+Ron
"After two six packs, all these things will become clear."...Ron

04-04-1999, 05:25 PM
Handy, you can always move to Arizona if DST gets to be too much for you.

04-05-1999, 12:25 AM
I think some people misinterpret the word 'suck.' It only means to disagree strongly.


Course, I have never been without DST so I have no idea what it would be like to not have it....

04-05-1999, 10:34 AM
Um, Handy, that's not what the word means. If it were, the following sentance - "If that is the position you're going to take, I suck with you." - would mean "I disagree with your view". As it is, I will use that sentance only in [b]very[/i] select company.

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Beware the lollipop of mediocrity. Lick it once and you will suck forever.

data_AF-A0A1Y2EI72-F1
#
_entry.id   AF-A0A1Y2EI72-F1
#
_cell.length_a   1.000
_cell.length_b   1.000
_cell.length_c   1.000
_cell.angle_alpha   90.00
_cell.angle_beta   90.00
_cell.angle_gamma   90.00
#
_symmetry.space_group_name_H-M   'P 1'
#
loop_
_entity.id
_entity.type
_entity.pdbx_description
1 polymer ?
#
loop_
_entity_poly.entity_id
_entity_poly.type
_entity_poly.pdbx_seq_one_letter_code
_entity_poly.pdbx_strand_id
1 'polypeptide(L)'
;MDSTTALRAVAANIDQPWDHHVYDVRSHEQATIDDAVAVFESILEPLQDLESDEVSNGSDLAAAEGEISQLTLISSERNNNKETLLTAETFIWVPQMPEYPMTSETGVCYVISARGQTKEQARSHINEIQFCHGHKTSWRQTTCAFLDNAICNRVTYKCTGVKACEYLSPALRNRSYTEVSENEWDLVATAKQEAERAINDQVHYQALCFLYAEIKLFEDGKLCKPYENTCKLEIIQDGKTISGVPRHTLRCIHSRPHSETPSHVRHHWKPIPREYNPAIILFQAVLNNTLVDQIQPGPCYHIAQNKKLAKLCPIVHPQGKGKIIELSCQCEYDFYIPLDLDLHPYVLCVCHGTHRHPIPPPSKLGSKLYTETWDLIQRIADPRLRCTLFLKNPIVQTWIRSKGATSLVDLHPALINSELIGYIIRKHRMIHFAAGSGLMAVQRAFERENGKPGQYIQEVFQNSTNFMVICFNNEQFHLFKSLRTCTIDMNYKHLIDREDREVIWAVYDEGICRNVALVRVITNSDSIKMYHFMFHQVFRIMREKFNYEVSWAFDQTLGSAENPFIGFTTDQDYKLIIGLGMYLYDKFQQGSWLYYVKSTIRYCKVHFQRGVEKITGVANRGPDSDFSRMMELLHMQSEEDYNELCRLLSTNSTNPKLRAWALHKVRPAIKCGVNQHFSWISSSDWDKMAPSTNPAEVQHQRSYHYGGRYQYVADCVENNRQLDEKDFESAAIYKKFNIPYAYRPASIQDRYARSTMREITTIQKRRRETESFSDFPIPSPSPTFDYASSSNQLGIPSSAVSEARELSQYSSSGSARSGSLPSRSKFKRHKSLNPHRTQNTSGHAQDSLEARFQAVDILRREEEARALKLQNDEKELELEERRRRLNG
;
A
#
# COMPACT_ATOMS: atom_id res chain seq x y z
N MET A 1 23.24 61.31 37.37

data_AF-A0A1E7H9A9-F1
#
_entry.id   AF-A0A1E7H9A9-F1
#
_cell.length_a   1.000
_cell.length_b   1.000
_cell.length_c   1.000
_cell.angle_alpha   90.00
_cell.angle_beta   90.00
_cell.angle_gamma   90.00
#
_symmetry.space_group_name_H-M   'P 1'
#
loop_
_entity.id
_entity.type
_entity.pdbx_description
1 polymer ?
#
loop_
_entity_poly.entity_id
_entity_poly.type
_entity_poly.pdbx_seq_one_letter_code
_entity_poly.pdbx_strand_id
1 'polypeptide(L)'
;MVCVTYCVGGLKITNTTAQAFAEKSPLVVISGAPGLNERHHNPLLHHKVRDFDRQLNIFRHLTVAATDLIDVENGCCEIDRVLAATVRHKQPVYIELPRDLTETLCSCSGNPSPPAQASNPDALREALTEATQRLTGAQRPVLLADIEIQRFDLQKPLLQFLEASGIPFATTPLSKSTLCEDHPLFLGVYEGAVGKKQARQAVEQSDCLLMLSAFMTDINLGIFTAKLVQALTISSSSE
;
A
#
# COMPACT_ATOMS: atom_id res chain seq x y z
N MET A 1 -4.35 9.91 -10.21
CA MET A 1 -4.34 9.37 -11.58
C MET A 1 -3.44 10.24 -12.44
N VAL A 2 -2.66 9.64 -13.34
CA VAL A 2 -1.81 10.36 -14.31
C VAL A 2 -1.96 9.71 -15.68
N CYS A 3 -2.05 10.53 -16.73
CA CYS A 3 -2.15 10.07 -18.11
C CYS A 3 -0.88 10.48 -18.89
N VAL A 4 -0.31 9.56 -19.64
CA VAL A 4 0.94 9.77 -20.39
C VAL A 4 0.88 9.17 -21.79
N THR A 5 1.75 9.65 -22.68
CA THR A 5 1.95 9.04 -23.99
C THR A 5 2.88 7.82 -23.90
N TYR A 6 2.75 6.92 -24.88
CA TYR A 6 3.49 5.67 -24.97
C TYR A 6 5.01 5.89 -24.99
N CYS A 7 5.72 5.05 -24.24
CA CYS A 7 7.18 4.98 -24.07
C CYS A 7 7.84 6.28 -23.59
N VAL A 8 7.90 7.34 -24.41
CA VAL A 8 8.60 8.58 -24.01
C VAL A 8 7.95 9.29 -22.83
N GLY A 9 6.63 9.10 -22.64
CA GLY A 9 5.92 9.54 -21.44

04-05-1999, 10:42 AM
Moving to Arizona (or Indiana, the other state which mostly ignores DST) wouldn't neccessarily solve the problem with DST. I was talking to a lady recently who lives in Indiana whose job involves making a lot of phone calls to other parts of the country. The hours for her job changed when people switched to DST, so that they would still be working during the same portion of other people's workdays. I don't know if she has a strong opinion for or against DST, but switching to DST would be a lot easier on her sleeping habits than this is.

04-05-1999, 01:57 PM